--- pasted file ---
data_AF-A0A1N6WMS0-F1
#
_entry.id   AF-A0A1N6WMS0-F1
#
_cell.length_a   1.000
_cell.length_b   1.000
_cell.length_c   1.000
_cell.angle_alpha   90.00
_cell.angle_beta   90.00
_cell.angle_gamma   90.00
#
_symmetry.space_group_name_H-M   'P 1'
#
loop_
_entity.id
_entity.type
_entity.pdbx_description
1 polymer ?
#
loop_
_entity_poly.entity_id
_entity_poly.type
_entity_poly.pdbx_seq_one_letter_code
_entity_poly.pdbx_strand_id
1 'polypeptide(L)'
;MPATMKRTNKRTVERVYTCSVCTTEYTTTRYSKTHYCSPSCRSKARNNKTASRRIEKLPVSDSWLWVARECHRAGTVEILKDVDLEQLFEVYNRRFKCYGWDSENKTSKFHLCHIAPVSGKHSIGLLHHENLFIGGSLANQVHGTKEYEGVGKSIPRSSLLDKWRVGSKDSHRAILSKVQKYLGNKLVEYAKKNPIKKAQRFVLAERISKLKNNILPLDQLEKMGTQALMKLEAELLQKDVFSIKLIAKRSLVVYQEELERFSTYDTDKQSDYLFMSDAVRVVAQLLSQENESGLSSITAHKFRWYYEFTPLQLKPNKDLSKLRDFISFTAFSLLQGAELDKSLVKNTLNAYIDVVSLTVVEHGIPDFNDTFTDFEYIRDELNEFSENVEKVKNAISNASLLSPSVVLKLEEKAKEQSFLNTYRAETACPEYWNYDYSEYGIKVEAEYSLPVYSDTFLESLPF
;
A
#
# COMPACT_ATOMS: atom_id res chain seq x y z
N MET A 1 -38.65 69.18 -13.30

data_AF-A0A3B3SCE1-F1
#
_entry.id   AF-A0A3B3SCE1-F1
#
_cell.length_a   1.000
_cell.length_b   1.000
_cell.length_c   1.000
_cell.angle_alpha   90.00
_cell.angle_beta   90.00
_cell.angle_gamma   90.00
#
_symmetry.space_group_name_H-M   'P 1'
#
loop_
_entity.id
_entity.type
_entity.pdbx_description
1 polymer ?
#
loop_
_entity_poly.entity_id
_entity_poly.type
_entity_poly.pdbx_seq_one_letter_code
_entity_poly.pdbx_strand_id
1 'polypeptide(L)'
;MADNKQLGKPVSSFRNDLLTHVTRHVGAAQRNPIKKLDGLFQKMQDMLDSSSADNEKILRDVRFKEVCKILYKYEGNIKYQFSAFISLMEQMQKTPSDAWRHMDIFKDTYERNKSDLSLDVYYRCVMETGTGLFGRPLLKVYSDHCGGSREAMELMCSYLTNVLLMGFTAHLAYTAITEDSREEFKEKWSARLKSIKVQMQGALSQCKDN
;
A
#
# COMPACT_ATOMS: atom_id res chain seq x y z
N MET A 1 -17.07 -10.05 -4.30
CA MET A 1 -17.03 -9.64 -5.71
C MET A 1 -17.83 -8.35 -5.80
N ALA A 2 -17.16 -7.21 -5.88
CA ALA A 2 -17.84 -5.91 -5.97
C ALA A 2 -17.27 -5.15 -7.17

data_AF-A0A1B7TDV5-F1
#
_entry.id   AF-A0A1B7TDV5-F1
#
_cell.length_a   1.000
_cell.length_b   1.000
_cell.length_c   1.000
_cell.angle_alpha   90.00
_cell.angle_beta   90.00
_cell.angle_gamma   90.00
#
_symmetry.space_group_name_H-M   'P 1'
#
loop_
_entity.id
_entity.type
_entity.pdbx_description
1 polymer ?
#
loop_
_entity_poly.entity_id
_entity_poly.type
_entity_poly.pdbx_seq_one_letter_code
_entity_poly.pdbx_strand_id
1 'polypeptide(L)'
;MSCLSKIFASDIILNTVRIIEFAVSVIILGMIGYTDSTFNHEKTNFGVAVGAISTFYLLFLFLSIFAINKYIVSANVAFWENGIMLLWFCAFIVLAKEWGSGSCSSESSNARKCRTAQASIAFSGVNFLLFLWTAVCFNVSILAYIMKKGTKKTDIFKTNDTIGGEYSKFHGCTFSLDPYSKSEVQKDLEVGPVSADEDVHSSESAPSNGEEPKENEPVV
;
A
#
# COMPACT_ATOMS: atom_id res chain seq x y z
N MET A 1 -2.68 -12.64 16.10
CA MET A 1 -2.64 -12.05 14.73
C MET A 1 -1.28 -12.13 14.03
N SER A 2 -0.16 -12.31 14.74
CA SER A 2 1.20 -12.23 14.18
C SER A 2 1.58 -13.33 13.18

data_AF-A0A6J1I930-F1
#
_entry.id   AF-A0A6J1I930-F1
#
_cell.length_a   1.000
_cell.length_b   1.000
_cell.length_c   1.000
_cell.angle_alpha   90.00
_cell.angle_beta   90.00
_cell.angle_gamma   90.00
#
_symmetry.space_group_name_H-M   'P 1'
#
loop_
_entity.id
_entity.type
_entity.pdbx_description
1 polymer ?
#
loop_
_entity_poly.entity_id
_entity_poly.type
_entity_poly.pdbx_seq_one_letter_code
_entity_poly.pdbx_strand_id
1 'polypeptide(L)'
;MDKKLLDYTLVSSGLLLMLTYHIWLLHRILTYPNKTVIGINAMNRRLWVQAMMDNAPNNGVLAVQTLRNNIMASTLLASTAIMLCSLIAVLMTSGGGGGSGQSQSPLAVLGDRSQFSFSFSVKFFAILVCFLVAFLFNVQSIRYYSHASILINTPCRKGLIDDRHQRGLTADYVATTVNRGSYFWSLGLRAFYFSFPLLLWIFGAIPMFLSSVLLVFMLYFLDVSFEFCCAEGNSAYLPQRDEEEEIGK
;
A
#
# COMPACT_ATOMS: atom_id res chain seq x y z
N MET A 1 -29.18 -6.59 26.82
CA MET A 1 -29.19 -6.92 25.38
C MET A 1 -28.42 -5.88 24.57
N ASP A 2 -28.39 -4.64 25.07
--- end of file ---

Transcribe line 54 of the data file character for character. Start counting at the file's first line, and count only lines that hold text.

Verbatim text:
_entity_poly.pdbx_seq_one_letter_code